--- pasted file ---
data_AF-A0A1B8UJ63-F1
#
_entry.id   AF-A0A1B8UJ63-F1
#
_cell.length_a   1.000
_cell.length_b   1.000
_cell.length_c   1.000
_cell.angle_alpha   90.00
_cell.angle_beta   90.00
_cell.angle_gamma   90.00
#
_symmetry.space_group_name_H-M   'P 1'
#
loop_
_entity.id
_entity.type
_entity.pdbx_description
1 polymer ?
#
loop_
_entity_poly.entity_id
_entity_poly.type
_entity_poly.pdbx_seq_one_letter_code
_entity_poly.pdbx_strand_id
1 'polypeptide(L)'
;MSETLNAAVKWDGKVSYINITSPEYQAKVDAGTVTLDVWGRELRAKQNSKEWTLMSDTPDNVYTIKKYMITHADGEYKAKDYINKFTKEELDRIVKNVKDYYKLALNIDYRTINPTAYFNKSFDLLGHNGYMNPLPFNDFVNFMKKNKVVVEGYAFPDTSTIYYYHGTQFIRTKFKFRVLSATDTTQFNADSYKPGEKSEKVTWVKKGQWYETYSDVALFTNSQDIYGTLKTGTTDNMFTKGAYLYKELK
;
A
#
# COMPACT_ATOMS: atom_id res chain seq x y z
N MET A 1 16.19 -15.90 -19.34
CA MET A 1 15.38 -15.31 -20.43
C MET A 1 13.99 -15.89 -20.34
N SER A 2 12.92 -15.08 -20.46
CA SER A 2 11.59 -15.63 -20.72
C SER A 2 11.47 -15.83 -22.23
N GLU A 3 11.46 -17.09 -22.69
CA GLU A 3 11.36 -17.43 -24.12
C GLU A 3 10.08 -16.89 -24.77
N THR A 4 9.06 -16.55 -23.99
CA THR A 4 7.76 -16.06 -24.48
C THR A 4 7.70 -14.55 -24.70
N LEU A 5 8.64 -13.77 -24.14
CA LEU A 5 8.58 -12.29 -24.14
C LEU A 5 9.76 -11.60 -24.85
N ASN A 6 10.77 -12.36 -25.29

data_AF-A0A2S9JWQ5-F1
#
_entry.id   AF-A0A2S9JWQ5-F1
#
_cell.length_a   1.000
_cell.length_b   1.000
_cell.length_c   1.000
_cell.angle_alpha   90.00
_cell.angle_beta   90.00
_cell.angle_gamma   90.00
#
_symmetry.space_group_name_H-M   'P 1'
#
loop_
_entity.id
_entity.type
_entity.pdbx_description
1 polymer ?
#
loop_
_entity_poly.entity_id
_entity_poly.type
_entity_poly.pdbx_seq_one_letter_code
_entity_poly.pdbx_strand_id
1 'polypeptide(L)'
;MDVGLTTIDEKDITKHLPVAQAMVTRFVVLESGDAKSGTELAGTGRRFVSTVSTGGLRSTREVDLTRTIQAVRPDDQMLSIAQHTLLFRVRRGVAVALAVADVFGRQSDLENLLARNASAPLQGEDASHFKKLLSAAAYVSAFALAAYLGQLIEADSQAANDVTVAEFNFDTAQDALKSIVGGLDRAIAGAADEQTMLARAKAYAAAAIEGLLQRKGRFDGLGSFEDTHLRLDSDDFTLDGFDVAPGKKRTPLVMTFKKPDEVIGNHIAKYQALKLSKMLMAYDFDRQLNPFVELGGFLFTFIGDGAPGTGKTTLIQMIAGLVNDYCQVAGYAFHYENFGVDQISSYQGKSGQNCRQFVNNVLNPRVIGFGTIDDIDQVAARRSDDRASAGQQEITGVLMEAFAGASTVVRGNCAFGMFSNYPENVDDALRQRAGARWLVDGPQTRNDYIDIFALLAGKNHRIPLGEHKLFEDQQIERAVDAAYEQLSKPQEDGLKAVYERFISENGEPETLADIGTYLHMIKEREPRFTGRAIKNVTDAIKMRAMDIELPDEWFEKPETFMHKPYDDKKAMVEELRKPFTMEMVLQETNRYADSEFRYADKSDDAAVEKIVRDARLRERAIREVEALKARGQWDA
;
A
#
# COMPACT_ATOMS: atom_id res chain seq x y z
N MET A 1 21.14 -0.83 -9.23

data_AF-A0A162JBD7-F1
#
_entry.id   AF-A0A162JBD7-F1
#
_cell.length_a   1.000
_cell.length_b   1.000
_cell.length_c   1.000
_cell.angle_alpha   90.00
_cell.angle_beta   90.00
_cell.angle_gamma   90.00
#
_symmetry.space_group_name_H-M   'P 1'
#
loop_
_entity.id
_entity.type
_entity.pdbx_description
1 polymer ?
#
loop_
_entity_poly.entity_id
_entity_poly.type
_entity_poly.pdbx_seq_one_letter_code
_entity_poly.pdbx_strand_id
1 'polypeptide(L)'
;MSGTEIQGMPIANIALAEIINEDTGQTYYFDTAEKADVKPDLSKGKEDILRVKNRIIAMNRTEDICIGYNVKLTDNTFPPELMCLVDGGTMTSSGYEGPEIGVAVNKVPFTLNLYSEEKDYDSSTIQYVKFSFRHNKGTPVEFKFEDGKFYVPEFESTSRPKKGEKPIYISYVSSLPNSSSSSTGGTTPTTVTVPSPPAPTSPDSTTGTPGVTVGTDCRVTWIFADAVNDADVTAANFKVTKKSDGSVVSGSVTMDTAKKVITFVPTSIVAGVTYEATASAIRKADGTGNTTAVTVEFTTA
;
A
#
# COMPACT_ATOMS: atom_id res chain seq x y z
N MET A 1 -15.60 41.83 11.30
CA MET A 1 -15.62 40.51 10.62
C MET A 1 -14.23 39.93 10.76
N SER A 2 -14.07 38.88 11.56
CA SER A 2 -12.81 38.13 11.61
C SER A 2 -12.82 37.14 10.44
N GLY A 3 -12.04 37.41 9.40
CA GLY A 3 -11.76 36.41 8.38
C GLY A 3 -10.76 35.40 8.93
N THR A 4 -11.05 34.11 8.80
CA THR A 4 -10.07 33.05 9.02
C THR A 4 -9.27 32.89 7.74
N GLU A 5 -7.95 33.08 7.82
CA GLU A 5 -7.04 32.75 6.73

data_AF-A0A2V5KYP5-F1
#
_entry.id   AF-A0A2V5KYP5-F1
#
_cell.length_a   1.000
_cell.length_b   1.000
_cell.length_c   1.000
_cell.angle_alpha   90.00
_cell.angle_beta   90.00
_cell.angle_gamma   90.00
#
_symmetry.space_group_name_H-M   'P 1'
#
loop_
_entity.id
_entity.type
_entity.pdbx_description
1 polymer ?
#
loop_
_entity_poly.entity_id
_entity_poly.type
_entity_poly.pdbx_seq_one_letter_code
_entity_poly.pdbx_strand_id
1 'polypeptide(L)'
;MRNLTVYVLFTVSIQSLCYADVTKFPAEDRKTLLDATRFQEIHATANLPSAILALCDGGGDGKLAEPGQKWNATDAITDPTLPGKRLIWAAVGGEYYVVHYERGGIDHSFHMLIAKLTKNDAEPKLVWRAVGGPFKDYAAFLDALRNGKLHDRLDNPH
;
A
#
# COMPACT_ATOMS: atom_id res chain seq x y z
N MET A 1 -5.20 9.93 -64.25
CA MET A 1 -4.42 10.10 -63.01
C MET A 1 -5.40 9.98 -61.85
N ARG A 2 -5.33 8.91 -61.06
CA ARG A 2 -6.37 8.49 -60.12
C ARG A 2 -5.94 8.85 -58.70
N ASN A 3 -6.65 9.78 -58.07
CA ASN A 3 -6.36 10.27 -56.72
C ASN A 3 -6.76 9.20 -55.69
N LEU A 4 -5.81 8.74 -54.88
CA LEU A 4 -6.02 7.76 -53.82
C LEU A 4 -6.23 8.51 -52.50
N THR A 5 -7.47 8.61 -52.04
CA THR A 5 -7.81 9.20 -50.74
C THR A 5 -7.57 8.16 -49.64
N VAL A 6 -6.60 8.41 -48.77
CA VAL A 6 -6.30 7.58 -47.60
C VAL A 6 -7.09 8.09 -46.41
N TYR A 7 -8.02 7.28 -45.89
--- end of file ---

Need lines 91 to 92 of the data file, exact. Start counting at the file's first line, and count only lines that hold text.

loop_
_entity.id